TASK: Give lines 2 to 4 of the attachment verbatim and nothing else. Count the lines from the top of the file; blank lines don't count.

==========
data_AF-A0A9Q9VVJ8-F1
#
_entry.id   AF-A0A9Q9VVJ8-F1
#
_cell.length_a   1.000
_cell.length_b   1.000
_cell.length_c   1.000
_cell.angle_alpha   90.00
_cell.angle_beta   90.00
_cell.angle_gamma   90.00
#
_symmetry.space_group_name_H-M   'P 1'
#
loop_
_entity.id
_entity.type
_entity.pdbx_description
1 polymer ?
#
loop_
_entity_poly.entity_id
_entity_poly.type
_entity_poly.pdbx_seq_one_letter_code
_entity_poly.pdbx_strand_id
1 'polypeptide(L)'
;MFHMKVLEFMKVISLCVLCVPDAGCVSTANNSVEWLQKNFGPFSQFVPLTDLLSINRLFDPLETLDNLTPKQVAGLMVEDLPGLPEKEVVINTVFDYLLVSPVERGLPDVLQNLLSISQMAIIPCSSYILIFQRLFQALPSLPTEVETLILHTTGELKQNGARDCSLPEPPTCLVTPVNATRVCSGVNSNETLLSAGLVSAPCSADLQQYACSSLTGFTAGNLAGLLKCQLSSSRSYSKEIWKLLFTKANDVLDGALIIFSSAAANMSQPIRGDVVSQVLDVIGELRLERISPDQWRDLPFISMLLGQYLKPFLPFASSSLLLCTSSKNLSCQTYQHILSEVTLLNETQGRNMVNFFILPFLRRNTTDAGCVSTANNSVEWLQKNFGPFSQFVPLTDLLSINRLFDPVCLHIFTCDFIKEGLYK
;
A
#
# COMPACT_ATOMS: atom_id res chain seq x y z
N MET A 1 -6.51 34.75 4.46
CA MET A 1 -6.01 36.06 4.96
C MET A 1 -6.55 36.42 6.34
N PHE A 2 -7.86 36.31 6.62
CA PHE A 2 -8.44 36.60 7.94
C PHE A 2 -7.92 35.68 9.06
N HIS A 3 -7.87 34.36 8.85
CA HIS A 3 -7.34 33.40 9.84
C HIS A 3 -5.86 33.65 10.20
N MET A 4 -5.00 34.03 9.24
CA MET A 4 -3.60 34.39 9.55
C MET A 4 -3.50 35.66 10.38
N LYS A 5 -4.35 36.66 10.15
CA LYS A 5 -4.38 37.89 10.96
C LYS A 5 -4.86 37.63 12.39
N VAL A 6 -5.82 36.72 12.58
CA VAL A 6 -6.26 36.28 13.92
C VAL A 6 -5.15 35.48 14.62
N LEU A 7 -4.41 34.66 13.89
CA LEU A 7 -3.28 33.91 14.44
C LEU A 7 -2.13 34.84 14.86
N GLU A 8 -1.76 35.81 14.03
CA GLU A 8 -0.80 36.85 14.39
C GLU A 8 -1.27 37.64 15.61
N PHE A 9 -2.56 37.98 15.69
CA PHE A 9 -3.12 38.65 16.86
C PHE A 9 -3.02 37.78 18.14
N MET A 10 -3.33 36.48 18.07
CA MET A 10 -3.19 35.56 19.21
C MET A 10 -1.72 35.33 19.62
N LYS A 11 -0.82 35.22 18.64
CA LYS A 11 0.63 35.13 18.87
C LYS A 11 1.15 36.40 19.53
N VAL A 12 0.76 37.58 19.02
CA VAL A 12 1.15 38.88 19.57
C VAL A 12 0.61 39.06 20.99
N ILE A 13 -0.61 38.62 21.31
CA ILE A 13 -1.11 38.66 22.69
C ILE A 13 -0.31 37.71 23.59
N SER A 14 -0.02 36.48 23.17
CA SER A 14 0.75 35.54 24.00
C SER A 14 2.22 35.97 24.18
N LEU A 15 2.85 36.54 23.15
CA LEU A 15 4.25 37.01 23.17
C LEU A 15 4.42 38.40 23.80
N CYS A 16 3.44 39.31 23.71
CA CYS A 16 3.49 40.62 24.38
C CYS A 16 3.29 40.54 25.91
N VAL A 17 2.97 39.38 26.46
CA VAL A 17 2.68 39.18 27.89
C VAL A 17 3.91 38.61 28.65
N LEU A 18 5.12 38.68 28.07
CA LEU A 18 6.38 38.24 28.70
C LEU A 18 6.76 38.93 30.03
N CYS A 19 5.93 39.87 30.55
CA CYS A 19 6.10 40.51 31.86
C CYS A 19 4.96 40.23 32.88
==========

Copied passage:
#
_entry.id   AF-A0A9Q9VVJ8-F1
#